“If we move quickly, we can still safeguard jobs in the North West’s industry. The government should boost investment to at least the G7 average and commit to the Green Jobs Taskforce plans in full.  Then today’s workers will know that their jobs are safe, and the future can be bright with decent jobs for their children too.”

Editors note

- Sectoral breakdown of UK manufacturing jobs at risk of offshoring


Jobs within the sector at direct risk

Supply chain jobs at secondary risk*







Iron and steel



Cement and lime



Paper, pulp, & printing



Rubber and plastics



Glass and ceramics












* Supply chain jobs have been adjusted down to remove double-counting, and will include jobs in a wide range of sectors

- Regional breakdown of manufacturing jobs at direct risk of offshoring


Jobs at direct risk in manufacturing sectors*

North West


Yorkshire and The Humber


West Midlands


East Midlands


South East








South West


North East




*Jobs at secondary risk in supply chains cannot be broken down by region as their locations are more complex to determine.

- Methodology:  

To define industries at risk of offshoring, the TUC’s calculations use analysis from the Energy Systems Catapult (ESC) on the industries most at risk of carbon leakage (top-end, broader estimate). ESC is funded by Innovate UK, which is part UK Research and Innovation, a public body funded by the UK government.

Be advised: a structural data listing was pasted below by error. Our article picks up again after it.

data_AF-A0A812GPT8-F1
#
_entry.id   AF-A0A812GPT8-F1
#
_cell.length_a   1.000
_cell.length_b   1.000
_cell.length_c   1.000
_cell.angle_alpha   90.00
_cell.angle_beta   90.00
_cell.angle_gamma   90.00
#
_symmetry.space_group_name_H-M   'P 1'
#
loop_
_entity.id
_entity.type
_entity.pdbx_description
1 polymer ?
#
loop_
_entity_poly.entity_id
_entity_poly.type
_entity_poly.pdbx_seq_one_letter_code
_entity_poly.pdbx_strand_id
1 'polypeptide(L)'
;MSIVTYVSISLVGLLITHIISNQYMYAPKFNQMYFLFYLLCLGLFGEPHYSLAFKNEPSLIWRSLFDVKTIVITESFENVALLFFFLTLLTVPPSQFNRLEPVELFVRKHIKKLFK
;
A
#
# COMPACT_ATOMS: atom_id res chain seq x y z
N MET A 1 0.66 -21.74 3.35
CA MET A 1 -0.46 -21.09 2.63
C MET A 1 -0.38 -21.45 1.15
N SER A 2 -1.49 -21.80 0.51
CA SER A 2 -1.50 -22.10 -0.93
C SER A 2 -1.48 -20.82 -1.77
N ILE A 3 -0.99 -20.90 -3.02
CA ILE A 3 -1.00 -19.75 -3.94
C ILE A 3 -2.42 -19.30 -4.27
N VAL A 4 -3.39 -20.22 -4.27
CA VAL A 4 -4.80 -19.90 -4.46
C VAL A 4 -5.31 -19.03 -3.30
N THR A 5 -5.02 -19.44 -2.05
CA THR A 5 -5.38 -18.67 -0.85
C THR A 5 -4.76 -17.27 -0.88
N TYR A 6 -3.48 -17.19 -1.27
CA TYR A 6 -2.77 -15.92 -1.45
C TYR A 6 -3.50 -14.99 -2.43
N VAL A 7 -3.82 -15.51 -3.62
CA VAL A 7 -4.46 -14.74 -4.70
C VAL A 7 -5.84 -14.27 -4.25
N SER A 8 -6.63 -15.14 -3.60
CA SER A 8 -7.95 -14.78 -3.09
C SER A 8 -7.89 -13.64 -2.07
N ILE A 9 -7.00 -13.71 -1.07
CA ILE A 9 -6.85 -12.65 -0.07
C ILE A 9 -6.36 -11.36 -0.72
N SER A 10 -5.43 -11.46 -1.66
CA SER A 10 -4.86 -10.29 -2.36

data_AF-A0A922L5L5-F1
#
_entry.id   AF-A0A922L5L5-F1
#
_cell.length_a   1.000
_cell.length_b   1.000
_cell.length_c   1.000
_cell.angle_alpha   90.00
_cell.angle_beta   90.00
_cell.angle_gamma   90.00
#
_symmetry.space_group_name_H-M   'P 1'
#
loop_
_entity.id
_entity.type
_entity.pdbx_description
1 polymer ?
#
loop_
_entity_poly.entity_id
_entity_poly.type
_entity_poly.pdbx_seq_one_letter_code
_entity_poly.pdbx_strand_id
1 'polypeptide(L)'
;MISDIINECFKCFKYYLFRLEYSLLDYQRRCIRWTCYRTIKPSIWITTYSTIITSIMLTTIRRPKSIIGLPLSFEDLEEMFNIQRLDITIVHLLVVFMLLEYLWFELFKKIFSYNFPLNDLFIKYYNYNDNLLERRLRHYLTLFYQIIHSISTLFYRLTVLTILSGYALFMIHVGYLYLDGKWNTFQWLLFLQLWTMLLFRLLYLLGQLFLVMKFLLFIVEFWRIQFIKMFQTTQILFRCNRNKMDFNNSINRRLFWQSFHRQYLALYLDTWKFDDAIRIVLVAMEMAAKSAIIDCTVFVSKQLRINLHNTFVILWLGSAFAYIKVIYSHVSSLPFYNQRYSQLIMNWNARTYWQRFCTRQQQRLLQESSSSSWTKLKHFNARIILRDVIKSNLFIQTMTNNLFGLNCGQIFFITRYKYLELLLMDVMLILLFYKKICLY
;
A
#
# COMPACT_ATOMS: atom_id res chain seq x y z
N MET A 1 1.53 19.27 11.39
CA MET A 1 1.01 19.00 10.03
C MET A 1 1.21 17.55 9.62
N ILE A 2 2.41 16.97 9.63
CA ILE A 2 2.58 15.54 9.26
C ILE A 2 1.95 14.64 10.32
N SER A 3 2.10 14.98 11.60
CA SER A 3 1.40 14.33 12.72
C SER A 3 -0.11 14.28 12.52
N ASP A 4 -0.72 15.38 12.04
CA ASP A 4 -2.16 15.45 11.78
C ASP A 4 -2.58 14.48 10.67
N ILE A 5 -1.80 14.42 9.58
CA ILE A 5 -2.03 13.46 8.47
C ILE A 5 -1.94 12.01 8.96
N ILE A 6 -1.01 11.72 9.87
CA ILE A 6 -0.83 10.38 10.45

Direct job numbers for sectors at risk are sourced from the ONS’s Business Register and Employment Survey (reference year 2019). The sectoral estimates were then downgraded based on the TUC’s analysis of the relative susceptibility of each broader sector to offshoring due to decarbonisation. 

The susceptibility analysis considered a number of factors, including: the sector’s overall energy consumption; carbon intensity; ability for domestic production to be replaced with imports (represented in part by existing imports); investment in new technology and upgrades needed to decarbonise; and the extent to which sub-sectors of the industry are at particular risk of offshoring.

Supply chain job numbers are estimated using multipliers from ONS’s 2017 Input-Output Analytical Tables, which quantify the number of indirect (supply chain) jobs in each industry proportional to the number of direct jobs.

The Input-Output Analytical Tables were also used to avoid double-counting indirect jobs (by estimating the overlap between direct jobs in any of the industries covered, and indirect jobs supported by others).

- UK green recovery investment compared to other G7 nations: in June, the TUC published a report showing that the UK’s government’s green jobs and recovery plans lag far behind most G7 countries:  

- Green Jobs Taskforce: The Green Jobs Taskforce was chaired by government ministers and includes representation from industry and unions. In July, it published plans for how these jobs can be secured for the future, including by increasing targeted investment into industrial decarbonisation, support for reskilling, and social dialogue between employers, unions, and government. More information is here: 

- About the TUC: The Trades Union Congress (TUC) exists to make the working world a better place for everyone. We bring together the 5.5 million working people who make up our 48 member unions. We support unions to grow and thrive, and we stand up for everyone who works for a living.


TUC press office  
020 7467 1248